The Morningstar controller LED 's, which I'm assuming you are using as a reference for state of charge, are in fact an "indication" of voltage during charging only, not thet state of charge of the battery, as soon as the sun sets they may turn to green/yellow or yellow, this has nothing to do with the actual state of charge. The actual voltage would be a better indication, if you are achieving float daily, that would  mean the batteries are in reasonably good condition. The voltage meter? Is this a remote Morningstar meter or an add on meter?  
    1500W, 6× Schutten 250W Poly panels , Schneider MPPT 60 150 CC, Schneider SW 2524 inverter, 400Ah LFP 24V nominal battery bank 

  • FireGirlFireGirl Posts: 8Registered Users ✭✭
    Thank you for replying so quickly! My inverter is a Magnum MMS 1000w pure sine.  The fan is 120vac. The meter is a manual meter that I have to take to the battery box.  The charge controller does not have a separate temp sensor, but the manual says you can add one...and I have no idea if it has internal compensation. The absorb. stage is 14.7 v at 180 min which it does get to mid day on most days...even if a little overcast. Should I get a temp sensor?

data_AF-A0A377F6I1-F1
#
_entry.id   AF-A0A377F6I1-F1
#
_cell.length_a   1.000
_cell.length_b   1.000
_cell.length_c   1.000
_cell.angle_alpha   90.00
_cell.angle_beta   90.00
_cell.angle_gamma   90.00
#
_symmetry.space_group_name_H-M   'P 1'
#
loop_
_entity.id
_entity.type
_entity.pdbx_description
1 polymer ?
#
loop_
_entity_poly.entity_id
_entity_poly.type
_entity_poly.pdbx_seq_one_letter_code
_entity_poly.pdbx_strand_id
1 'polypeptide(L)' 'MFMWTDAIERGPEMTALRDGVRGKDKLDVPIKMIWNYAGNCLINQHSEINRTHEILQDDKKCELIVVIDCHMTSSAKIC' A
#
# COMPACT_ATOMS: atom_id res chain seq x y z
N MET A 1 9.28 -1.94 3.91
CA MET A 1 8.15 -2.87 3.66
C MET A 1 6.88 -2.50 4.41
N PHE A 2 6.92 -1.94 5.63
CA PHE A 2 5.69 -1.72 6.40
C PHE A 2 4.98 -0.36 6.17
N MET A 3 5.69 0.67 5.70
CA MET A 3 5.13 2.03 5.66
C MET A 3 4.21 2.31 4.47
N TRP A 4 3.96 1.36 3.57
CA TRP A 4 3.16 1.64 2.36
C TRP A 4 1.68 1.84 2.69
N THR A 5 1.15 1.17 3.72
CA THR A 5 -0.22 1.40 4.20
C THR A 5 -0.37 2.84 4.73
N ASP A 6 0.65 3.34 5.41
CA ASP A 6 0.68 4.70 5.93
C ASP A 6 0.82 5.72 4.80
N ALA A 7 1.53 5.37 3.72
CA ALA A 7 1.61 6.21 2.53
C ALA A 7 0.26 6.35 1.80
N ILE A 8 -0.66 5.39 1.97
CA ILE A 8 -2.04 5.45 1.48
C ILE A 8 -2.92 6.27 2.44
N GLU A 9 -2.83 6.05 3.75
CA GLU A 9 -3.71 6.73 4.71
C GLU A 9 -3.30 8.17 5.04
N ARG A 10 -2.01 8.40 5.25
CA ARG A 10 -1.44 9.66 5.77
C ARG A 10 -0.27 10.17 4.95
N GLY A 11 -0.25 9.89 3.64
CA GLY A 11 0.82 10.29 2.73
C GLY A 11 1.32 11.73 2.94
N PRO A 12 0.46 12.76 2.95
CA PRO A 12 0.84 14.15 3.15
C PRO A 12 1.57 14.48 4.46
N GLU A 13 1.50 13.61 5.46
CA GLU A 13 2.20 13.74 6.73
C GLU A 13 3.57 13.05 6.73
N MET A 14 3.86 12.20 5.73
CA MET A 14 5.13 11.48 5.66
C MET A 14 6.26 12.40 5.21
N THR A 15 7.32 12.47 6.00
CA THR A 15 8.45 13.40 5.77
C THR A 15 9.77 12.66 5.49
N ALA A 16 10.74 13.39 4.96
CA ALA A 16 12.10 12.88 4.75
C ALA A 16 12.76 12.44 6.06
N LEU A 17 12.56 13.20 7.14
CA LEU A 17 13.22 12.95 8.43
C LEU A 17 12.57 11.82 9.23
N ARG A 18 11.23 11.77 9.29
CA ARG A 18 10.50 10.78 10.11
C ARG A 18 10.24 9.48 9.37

• littleharbor2littleharbor2 Posts: 1,036Solar Expert ✭✭✭✭
    FireGirl said: However, now that I have the new batteries by 9pm my battery meter says 80% and my charge controller reads 35%-60 SOC. The voltage meter says both sets are about 13.5v and the hydrometer reads between 1250 and 1265 at this point and I know that the batteries get to float and equalize states regularly. I am very new to this and have no idea what is going on. I put the system in myself as a kit purchases from a supposedly reputable solar company...not that they are being helpful now. So I am here asking you nice folks for a nudge in the right direction.
    Sounds like something isn't calibrated correctly with such a large discrepancy between your controller and meter.  What is the meter you are referring to? Have you re calibrated both controller and meter since you added batteries?

    2.1 Kw Suntech 175 mono, Classic 200, Trace SW 4024 ( 15 years old  but brand new out of sealed factory box Jan. 2015), Bogart Tri-metric, 700 ah @24 volt AGM battery bank. Plenty of Baja Sea of Cortez sunshine.

  • BB.BB. Posts: 27,933Super Moderators, Administrators admin
    To clarify your fan's energy usage... Amps is a "partial unit" -- It does not tell the whole story on power (rate like miles per hour) and energy (amount like total miles driven) usage.

    When you are using Amps, you need to also take into account the voltage too. For example 0.6 Amps at 120 volts is:
    • 0.6 amps * 120 VAC * 1/12 VDC battery bank voltage = 6 amps nominal battery consumption.
    Once we include losses in your AC inverter, it looks something like this:
    • 0.6 amps * 120 vac = 72 Watts